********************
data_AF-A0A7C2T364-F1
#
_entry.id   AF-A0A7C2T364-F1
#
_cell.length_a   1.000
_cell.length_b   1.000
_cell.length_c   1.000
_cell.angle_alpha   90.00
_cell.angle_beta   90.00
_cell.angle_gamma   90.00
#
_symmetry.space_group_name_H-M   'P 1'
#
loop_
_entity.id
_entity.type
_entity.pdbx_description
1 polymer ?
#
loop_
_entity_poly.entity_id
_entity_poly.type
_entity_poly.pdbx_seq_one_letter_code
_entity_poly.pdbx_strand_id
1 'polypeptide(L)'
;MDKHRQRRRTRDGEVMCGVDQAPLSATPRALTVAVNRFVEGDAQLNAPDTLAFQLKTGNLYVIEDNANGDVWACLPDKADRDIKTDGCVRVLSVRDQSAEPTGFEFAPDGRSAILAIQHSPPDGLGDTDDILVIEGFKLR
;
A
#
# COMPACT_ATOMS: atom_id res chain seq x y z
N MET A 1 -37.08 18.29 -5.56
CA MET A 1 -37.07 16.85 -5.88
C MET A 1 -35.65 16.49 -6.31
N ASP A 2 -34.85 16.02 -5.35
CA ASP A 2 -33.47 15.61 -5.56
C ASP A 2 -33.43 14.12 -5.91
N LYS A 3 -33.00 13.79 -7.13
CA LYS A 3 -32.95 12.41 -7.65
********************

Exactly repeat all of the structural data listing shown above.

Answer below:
data_AF-A0A7C2T364-F1
#
_entry.id   AF-A0A7C2T364-F1
#
_cell.length_a   1.000
_cell.length_b   1.000
_cell.length_c   1.000
_cell.angle_alpha   90.00
_cell.angle_beta   90.00
_cell.angle_gamma   90.00
#
_symmetry.space_group_name_H-M   'P 1'
#
loop_
_entity.id
_entity.type
_entity.pdbx_description
1 polymer ?
#
loop_
_entity_poly.entity_id
_entity_poly.type
_entity_poly.pdbx_seq_one_letter_code
_entity_poly.pdbx_strand_id
1 'polypeptide(L)'
;MDKHRQRRRTRDGEVMCGVDQAPLSATPRALTVAVNRFVEGDAQLNAPDTLAFQLKTGNLYVIEDNANGDVWACLPDKADRDIKTDGCVRVLSVRDQSAEPTGFEFAPDGRSAILAIQHSPPDGLGDTDDILVIEGFKLR
;
A
#
# COMPACT_ATOMS: atom_id res chain seq x y z
N MET A 1 -37.08 18.29 -5.56
CA MET A 1 -37.07 16.85 -5.88
C MET A 1 -35.65 16.49 -6.31
N ASP A 2 -34.85 16.02 -5.35
CA ASP A 2 -33.47 15.61 -5.56
C ASP A 2 -33.43 14.12 -5.91
N LYS A 3 -33.00 13.79 -7.13
CA LYS A 3 -32.95 12.41 -7.65